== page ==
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In this film, the Jews are described as blood thirsty individuals instead of the common image of rebellious and individuals who do not listen to God sent prophets. On the other hand, people like Pontius Pilate are represented as decent and willing to help Jesus. This is from the usual image of the ruler that was ready to rule over the Jews by force. Eventually, viewers are left to watch the imaginative views of the film maker, which fits modern Christians as opposed to Christians in the past.
Another modern adaptation of ancient Greek literature is O Brother, Where Art Thou? Film, which is adapted from The Odysseys. This film bases its plot on the Odyssey, but its episodes are not exactly like The Odyssey. However, the film uses direct references in order to keep the original meaning of the Odyssey. The Odyssey is based on the need of the main character to shed his pride and realize himself as nothing without the deity.
While adapting this, the named film uses its own visual elements, but uses the words in the Odyssey to accomplish its purpose. Instead of using the real name of Odyssey, the main character in this film uses the word Ulysses and has been charged with the act of unlicensed law practicing.
In order to understand the use of the Odyssey character in this film, a viewer has to first understand the myth of Odyssey and the plot development by Homer. For example, it is necessary to understand that Penny is the short form of the name Penelope in the Odyssey. It is also necessary to pay attention to the real incidences of direct use of the words in the Odyssey in order to indicate their implications in the film.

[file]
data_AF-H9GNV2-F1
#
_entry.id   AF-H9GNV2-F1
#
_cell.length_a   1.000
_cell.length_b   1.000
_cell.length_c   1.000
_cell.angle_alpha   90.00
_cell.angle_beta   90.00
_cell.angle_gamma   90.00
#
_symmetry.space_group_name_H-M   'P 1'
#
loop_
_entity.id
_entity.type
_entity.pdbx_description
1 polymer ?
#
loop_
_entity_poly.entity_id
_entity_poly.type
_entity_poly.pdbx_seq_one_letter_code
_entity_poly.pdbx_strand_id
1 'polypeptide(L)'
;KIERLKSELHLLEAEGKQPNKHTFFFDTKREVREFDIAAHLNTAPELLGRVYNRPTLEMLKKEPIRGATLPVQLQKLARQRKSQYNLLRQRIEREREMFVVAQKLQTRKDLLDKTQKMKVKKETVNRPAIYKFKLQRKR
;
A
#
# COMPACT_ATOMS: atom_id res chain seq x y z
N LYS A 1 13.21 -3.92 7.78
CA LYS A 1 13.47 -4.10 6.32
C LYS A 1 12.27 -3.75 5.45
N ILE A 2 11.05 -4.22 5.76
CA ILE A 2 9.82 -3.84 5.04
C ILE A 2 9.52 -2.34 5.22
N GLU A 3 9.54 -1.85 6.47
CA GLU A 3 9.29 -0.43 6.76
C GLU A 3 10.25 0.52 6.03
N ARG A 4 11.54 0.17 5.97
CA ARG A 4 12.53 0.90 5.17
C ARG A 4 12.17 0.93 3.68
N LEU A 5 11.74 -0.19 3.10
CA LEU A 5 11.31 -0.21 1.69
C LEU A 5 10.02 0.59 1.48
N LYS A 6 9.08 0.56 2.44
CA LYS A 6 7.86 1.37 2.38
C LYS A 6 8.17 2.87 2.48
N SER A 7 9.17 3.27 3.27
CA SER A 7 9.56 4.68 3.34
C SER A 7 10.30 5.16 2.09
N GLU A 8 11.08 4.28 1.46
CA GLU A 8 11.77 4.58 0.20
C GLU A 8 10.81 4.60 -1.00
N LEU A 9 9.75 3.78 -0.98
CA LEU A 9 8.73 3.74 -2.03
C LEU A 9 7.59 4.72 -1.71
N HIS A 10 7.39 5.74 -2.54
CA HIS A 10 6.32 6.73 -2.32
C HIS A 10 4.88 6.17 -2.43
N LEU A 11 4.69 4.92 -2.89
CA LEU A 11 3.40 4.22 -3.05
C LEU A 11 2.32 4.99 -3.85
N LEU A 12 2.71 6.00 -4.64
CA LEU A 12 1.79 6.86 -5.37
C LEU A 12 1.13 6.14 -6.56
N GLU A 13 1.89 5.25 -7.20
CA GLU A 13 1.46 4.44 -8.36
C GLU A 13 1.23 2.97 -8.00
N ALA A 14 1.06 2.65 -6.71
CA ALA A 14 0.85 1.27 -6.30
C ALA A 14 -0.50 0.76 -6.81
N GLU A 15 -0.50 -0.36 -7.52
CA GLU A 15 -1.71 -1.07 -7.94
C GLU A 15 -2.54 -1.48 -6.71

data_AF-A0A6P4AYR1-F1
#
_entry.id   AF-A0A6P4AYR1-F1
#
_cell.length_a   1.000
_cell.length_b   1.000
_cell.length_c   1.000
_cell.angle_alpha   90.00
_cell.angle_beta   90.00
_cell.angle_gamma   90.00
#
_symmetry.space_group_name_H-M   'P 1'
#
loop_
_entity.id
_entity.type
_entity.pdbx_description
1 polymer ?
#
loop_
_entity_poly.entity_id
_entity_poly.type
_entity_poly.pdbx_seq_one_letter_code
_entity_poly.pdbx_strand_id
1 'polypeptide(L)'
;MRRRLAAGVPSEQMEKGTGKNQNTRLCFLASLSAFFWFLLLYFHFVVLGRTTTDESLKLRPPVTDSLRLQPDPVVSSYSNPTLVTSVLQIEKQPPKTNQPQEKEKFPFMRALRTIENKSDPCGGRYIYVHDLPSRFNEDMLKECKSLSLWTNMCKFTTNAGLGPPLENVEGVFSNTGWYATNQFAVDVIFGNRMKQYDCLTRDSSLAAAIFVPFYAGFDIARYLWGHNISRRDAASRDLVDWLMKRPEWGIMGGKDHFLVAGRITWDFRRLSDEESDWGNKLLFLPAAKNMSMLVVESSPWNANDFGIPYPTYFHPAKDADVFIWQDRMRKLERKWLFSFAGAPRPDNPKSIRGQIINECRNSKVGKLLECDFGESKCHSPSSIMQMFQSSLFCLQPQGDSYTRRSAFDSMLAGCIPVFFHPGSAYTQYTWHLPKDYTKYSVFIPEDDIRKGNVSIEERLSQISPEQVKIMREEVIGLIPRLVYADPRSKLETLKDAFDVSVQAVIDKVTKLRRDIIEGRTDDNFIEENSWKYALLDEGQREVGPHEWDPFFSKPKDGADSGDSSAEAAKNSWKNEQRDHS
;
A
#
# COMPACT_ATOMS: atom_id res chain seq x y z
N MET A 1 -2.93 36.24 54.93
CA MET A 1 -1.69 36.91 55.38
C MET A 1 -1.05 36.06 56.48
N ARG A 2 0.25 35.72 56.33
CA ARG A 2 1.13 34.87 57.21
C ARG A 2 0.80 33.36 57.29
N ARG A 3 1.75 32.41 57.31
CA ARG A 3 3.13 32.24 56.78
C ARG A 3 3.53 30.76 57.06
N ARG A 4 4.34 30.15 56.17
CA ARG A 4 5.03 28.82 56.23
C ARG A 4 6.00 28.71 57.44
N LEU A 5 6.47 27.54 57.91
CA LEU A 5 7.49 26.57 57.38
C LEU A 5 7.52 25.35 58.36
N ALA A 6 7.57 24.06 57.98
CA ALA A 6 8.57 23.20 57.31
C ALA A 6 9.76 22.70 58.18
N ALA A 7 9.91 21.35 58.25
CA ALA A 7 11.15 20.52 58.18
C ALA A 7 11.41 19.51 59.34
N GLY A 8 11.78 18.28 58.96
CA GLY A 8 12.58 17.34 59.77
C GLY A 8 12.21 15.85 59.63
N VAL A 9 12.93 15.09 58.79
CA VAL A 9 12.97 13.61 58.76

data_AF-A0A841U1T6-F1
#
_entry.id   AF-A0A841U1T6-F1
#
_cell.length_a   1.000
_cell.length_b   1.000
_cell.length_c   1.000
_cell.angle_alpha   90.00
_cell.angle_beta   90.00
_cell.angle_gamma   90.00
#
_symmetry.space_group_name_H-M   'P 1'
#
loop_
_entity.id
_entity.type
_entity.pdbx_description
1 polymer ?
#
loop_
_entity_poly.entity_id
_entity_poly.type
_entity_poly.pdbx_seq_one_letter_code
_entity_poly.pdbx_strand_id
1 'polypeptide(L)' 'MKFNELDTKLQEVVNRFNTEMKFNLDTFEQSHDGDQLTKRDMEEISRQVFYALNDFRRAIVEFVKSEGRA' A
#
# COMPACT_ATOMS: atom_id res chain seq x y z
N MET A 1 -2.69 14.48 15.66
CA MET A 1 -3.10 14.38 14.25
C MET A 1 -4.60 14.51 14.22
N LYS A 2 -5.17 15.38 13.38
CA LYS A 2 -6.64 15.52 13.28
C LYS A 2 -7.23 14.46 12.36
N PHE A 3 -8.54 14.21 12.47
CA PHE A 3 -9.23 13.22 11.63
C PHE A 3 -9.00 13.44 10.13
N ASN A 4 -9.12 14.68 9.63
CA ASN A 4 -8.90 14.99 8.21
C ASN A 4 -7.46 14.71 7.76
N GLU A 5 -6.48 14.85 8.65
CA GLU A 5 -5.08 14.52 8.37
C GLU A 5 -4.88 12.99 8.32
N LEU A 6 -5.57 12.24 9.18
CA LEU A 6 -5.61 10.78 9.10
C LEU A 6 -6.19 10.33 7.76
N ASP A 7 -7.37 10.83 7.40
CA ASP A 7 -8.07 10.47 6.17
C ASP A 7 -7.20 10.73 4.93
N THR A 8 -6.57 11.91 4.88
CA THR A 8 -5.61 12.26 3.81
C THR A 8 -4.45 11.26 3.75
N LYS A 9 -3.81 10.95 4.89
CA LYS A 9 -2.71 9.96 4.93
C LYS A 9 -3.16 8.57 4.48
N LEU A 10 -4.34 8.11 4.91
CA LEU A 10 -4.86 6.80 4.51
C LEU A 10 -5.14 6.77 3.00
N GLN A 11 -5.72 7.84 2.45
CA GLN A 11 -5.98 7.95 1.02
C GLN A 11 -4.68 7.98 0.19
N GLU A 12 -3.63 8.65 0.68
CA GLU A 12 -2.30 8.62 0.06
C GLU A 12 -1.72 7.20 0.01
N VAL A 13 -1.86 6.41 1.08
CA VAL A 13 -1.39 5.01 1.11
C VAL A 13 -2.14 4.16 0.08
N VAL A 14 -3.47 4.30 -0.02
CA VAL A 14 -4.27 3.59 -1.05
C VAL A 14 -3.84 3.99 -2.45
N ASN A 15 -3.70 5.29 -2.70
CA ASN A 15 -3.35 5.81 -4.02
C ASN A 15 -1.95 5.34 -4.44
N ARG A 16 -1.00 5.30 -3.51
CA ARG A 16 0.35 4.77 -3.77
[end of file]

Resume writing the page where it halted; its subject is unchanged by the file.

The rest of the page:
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For example, the film starts with the words,
O muse! Sing in me, and through me tell the story of that man skilled in all the ways of contending……A wanderer, harried for years on eng…..”
This shows that the filmmaker is willing to tell the story in his own way while using the Odyssey as the framework. Just like the difference in the passion of Christ and the four gospels, there is also a great difference in interpretations of the readings and the film.
A person who has read the Odyssey and then watched the film would not see a large difference. In addition, the mind setting of the different stories are created differently since the film is based on e imagination of the filmmaker and the writer of the Odyssey leaves the reader to create an imaginary environment based on his/her level of understanding or his/her level of imagination.
Apart from adaptation for entertainment purposes, there is another trend in classical reception where authors use Greek literature to build their case against modern wars. For example, the current American war against Iraq has been compared, criticized or, on the contrary, supported by several authors through using classical receptions.. An excellent example is Victor Davis Hanson’s writings about the Iraq war. According to Gary Brecher, Hanson uses the same formula when explaining about American wars, which has been well received by many people. In his recent book, A War Like No other, Hanson adapts his writings from the work of Thucydides, a Greek historian. In this book, Hanson retells this story in the present context. The adaptation can be seen from the very title.